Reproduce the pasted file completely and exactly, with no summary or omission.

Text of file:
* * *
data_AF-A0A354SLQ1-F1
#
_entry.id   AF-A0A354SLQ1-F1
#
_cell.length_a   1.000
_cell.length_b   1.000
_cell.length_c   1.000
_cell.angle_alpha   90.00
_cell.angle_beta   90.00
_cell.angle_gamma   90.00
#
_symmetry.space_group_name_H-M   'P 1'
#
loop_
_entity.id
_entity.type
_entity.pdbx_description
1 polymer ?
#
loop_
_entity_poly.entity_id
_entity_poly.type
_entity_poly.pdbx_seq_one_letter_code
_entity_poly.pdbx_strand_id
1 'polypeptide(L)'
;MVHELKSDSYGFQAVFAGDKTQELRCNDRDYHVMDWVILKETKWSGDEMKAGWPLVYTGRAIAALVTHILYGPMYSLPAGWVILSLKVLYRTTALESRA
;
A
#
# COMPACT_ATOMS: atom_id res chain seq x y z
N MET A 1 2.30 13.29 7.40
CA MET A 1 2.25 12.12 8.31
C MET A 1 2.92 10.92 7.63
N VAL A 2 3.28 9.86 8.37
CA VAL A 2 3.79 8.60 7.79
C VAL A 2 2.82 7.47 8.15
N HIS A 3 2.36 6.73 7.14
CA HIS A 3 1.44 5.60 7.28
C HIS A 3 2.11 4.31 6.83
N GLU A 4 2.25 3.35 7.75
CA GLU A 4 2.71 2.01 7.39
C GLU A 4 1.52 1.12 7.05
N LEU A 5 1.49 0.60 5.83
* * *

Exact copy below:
data_AF-A0A354SLQ1-F1
#
_entry.id   AF-A0A354SLQ1-F1
#
_cell.length_a   1.000
_cell.length_b   1.000
_cell.length_c   1.000
_cell.angle_alpha   90.00
_cell.angle_beta   90.00
_cell.angle_gamma   90.00
#
_symmetry.space_group_name_H-M   'P 1'
#
loop_
_entity.id
_entity.type
_entity.pdbx_description
1 polymer ?
#
loop_
_entity_poly.entity_id
_entity_poly.type
_entity_poly.pdbx_seq_one_letter_code
_entity_poly.pdbx_strand_id
1 'polypeptide(L)'
;MVHELKSDSYGFQAVFAGDKTQELRCNDRDYHVMDWVILKETKWSGDEMKAGWPLVYTGRAIAALVTHILYGPMYSLPAGWVILSLKVLYRTTALESRA
;
A
#
# COMPACT_ATOMS: atom_id res chain seq x y z
N MET A 1 2.30 13.29 7.40
CA MET A 1 2.25 12.12 8.31
C MET A 1 2.92 10.92 7.63
N VAL A 2 3.28 9.86 8.37
CA VAL A 2 3.79 8.60 7.79
C VAL A 2 2.82 7.47 8.15
N HIS A 3 2.36 6.73 7.14
CA HIS A 3 1.44 5.60 7.28
C HIS A 3 2.11 4.31 6.83
N GLU A 4 2.25 3.35 7.75
CA GLU A 4 2.71 2.01 7.39
C GLU A 4 1.52 1.12 7.05
N LEU A 5 1.49 0.60 5.83